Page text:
There’s a quietly telling scene in Young Adult, last year’s Charlize Theron vehicle about a woman pining for her lost youth. Theron’s character Mavis Gary plays an old boyfriend’s mixtape: “The Concept,” by Teenage Fanclub, is her favorite song. It’s also the movie’s unofficial theme song, and the band is in the privileged position of standing in for, and embodying, early-’90s nostalgia. Teenage Fanclub still show up on cool bar jukeboxes and on college radio stations’ playlists, get name-checked in interviews and play to decent crowds. In other words, they’re safely part of the alternative rock canon â€” in the company of My Bloody Valentine, Pavement, Dinosaur Jr., Mazzy Star, Guided By Voices, Built to Spill, Pixies and other bands whose audiences keep renewing themselves.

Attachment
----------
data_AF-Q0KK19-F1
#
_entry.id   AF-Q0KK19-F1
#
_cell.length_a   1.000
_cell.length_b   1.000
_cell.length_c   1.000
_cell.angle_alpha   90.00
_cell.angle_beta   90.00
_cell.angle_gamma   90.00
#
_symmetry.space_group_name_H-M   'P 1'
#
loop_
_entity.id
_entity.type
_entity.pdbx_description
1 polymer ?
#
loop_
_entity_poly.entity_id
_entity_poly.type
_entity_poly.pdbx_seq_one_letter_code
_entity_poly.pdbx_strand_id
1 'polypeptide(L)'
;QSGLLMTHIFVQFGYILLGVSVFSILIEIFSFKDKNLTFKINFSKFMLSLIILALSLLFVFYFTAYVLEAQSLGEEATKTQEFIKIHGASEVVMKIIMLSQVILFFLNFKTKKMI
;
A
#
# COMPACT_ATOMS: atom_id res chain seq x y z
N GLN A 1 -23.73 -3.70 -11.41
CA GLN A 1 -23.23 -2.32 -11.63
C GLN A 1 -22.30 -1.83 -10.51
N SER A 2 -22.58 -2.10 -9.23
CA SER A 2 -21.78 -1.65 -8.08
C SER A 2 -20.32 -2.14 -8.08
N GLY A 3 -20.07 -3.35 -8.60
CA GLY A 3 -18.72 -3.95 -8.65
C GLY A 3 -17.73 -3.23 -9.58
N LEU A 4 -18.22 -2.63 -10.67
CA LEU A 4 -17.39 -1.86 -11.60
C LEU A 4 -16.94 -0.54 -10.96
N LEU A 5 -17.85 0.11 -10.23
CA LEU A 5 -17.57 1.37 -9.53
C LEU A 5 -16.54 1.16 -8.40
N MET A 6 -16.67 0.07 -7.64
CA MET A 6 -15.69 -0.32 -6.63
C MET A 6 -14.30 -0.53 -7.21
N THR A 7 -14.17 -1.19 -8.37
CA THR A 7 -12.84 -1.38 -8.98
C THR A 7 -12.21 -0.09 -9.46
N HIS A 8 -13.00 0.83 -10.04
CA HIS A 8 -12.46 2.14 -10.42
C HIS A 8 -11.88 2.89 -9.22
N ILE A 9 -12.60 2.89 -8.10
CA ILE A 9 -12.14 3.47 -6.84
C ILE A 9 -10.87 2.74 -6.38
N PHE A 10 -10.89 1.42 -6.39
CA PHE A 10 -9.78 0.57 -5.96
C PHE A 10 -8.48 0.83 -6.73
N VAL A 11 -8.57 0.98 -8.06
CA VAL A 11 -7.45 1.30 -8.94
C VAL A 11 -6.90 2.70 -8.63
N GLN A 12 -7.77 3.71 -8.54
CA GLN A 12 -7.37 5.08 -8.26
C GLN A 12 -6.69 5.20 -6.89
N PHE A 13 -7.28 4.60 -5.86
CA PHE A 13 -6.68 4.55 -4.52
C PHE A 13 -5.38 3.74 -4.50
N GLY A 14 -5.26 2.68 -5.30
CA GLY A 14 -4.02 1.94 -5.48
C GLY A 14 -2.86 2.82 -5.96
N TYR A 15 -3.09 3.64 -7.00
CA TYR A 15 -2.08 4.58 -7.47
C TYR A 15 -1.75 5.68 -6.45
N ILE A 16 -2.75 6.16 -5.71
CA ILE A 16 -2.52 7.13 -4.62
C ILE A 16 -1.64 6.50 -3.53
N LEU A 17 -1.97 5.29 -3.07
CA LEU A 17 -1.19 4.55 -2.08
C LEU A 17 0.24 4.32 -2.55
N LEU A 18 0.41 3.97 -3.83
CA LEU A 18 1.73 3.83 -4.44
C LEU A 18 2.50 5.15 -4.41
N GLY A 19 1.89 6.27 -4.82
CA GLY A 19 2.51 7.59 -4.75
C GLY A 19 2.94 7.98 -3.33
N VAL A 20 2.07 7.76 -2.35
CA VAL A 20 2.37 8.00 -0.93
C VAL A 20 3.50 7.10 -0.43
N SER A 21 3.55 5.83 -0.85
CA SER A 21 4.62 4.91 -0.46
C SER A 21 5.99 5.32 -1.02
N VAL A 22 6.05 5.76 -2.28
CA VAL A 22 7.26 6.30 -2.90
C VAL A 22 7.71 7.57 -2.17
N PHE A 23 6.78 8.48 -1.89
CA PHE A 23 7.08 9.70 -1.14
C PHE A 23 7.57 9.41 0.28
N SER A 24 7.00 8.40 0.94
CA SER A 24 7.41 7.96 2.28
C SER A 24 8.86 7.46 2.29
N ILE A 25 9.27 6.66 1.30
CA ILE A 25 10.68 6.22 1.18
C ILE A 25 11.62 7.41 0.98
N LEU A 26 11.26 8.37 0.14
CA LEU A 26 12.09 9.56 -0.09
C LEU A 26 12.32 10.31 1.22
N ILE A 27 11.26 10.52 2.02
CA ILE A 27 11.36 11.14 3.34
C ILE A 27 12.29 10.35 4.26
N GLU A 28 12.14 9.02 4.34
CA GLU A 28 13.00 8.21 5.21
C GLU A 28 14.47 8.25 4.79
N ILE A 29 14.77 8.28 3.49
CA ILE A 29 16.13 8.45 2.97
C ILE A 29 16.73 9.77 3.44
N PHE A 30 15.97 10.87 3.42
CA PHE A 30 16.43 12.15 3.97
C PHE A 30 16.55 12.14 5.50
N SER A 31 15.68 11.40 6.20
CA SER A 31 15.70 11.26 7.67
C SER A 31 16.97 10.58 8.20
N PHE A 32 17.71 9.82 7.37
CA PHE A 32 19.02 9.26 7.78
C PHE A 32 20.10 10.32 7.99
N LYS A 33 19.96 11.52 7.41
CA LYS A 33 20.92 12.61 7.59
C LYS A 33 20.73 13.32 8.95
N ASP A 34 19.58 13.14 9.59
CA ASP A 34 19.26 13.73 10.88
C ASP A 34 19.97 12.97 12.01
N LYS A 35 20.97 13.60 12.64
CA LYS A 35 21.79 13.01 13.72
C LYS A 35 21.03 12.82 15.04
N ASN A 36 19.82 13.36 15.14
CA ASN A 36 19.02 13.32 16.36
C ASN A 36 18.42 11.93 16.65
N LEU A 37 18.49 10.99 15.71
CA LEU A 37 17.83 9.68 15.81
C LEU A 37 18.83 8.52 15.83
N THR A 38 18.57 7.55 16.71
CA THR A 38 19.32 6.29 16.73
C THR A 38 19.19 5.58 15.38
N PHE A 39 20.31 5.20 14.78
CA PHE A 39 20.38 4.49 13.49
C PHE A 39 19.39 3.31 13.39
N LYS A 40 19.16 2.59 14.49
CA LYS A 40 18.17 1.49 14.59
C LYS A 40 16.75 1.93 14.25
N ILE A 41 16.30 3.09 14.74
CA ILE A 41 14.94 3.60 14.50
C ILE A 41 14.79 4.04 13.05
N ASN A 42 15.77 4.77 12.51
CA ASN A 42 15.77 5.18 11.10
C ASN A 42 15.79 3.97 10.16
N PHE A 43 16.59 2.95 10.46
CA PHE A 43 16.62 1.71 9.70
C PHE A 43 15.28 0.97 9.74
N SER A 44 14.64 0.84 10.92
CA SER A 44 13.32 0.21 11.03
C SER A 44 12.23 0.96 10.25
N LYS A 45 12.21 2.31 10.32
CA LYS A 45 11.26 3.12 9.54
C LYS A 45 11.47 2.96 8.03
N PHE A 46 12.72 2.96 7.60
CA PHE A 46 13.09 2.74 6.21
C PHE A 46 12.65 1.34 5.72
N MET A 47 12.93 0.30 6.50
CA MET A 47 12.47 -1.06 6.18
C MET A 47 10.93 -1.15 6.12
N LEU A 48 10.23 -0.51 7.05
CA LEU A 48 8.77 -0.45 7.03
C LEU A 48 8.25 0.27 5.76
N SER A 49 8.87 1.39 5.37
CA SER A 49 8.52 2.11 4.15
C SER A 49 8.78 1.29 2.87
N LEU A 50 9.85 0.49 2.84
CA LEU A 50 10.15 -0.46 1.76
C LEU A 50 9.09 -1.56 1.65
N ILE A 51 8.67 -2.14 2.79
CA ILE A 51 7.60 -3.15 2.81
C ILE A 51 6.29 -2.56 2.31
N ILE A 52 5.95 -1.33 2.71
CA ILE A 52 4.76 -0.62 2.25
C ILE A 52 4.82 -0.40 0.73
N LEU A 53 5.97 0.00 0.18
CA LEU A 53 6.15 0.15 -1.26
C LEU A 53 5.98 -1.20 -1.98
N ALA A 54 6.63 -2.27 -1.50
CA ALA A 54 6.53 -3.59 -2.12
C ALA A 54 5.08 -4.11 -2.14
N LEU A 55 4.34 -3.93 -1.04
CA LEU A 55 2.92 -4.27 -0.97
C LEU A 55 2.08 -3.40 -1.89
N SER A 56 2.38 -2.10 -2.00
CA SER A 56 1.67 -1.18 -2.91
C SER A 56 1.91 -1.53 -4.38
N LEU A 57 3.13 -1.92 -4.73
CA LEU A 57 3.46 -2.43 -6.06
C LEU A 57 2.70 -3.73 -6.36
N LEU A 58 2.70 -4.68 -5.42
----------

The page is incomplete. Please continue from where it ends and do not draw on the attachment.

In another universe, though, Teenage Fanclub might not have been the band for the part, and “The Concept” not the song Theron listens to. Plenty of other bands had the same things going for them, but have been (more or less) lost to time. For instance: the North Carolina-based group the Connells. Like Teenage Fanclub, the Connells were a reliable, likeable power-pop band with multiple songwriters; they were all over college radio around the same time as Teenage Fanclub’s Bandwagonesque, and had a sizeable European hit with “’74-’75.” But if you bring their name up now, you’ll likely get only blank looks. And for every Teenage Fanclub whose 20-year-old records are enduring favorites, there are three or four more bands who also seemed like a big deal in the early ’90s, and who settled instead into obscurity. Have you heard anyone talking much lately about Sky Cries Mary or the Cranes or King Missile or Magnapop or Buffalo Tom? Exactly.